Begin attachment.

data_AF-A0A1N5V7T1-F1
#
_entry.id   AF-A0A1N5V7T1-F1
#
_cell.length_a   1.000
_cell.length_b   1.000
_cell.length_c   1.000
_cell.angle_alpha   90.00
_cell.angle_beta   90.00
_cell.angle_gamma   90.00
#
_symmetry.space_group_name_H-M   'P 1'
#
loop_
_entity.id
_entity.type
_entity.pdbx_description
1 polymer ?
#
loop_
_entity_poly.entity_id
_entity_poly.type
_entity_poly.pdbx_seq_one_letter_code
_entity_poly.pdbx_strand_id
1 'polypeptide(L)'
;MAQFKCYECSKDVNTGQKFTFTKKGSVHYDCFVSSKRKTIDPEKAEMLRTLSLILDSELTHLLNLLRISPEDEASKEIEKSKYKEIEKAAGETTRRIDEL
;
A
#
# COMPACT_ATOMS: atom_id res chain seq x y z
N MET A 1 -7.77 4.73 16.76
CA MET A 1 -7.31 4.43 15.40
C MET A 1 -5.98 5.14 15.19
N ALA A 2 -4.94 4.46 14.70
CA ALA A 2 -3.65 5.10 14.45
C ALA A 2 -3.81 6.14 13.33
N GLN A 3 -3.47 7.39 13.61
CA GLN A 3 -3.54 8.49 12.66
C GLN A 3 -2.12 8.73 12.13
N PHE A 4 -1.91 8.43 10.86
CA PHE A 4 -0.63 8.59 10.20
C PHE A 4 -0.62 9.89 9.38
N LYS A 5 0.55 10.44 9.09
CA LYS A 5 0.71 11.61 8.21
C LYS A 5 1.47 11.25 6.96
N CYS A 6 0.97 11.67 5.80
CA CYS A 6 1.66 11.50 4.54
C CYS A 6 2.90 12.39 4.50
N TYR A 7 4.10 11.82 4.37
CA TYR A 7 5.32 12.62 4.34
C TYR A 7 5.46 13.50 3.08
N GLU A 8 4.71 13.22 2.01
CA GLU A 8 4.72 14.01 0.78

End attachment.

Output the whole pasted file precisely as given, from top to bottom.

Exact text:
data_AF-A0A1N5V7T1-F1
#
_entry.id   AF-A0A1N5V7T1-F1
#
_cell.length_a   1.000
_cell.length_b   1.000
_cell.length_c   1.000
_cell.angle_alpha   90.00
_cell.angle_beta   90.00
_cell.angle_gamma   90.00
#
_symmetry.space_group_name_H-M   'P 1'
#
loop_
_entity.id
_entity.type
_entity.pdbx_description
1 polymer ?
#
loop_
_entity_poly.entity_id
_entity_poly.type
_entity_poly.pdbx_seq_one_letter_code
_entity_poly.pdbx_strand_id
1 'polypeptide(L)'
;MAQFKCYECSKDVNTGQKFTFTKKGSVHYDCFVSSKRKTIDPEKAEMLRTLSLILDSELTHLLNLLRISPEDEASKEIEKSKYKEIEKAAGETTRRIDEL
;
A
#
# COMPACT_ATOMS: atom_id res chain seq x y z
N MET A 1 -7.77 4.73 16.76
CA MET A 1 -7.31 4.43 15.40
C MET A 1 -5.98 5.14 15.19
N ALA A 2 -4.94 4.46 14.70
CA ALA A 2 -3.65 5.10 14.45
C ALA A 2 -3.81 6.14 13.33
N GLN A 3 -3.47 7.39 13.61
CA GLN A 3 -3.54 8.49 12.66
C GLN A 3 -2.12 8.73 12.13
N PHE A 4 -1.91 8.43 10.86
CA PHE A 4 -0.63 8.59 10.20
C PHE A 4 -0.62 9.89 9.38
N LYS A 5 0.55 10.44 9.09
CA LYS A 5 0.71 11.61 8.21
C LYS A 5 1.47 11.25 6.96
N CYS A 6 0.97 11.67 5.80
CA CYS A 6 1.66 11.50 4.54
C CYS A 6 2.90 12.39 4.50
N TYR A 7 4.10 11.82 4.37
CA TYR A 7 5.32 12.62 4.34
C TYR A 7 5.46 13.50 3.08
N GLU A 8 4.71 13.22 2.01
CA GLU A 8 4.72 14.01 0.78